Although the small number of clinics participating precluded comparisons by clinic type, we did see a trend toward a larger increase in screening in larger practices, academic practices and those with higher baseline rates of screening. While we cannot determine the underlying cause for the variability in change seen, it is possible that the selection of a review of the basic techniques of screening by the academic practices served to reinforce the basic message to screen. Other factors may also have influenced the larger increases seen in academic practices. Residents may have received prior training on domestic violence during medical school and PAAVE provided a review of that training and a reinforcement of the techniques used for screening. The larger increase seen in clinics with higher baseline screening rates may reflect a greater ease in increasing a screening practice than in instituting one. This may also reflect a greater commitment to screening in some clinics.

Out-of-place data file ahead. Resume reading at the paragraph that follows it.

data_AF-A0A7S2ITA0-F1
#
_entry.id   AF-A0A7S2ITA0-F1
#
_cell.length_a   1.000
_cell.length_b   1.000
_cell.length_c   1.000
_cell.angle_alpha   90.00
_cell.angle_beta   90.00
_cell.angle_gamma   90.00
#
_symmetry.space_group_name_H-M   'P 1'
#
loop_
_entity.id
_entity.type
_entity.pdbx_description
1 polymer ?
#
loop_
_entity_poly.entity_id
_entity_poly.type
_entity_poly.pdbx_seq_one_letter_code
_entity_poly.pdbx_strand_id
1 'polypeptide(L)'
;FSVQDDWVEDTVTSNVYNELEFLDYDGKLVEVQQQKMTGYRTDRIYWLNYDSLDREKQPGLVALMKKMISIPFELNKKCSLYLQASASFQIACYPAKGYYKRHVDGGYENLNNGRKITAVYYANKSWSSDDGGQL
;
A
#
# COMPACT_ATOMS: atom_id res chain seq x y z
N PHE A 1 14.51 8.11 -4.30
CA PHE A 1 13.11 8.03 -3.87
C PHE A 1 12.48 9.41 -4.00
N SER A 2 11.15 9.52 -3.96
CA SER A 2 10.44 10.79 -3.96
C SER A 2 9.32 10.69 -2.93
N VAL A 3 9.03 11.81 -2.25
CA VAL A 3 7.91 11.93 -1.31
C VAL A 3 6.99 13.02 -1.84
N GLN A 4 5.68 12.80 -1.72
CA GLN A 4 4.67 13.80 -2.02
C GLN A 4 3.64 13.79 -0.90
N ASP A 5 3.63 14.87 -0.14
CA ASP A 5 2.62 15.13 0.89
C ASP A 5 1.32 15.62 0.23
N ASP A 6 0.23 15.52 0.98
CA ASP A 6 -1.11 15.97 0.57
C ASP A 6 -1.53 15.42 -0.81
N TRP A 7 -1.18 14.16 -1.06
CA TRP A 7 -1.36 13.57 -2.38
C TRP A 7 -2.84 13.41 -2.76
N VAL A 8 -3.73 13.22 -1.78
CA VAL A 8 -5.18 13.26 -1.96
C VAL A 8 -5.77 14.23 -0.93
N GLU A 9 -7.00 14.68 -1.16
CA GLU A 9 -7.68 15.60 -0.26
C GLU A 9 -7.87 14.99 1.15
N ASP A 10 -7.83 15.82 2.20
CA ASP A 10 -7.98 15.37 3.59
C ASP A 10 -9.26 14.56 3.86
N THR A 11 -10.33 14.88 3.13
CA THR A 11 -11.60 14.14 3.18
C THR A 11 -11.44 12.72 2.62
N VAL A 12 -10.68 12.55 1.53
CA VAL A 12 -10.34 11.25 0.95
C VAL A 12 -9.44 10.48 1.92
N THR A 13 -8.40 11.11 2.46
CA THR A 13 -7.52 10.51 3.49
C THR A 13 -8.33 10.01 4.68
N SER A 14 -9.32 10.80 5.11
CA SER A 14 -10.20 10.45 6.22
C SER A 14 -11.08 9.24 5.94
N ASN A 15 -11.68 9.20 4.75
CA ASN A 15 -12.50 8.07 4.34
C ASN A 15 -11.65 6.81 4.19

The increase in screening seen in PAAVE is similar to that found in other studies. Thompson et al tested a one year intensive intervention in primary care clinics and found a 14.3% difference between intervention and control practice in screening for DV (6.2% control, 20.5% intervention . A briefer intervention was performed in community clinics in the northeast which resulted in a 20% absolute increase in screening rates (5% to 25%) six months following the intervention . Our intervention differs from these in the length of the intervention (eighteen months), and that we allowed practices to select aspects of the intervention based on their needs.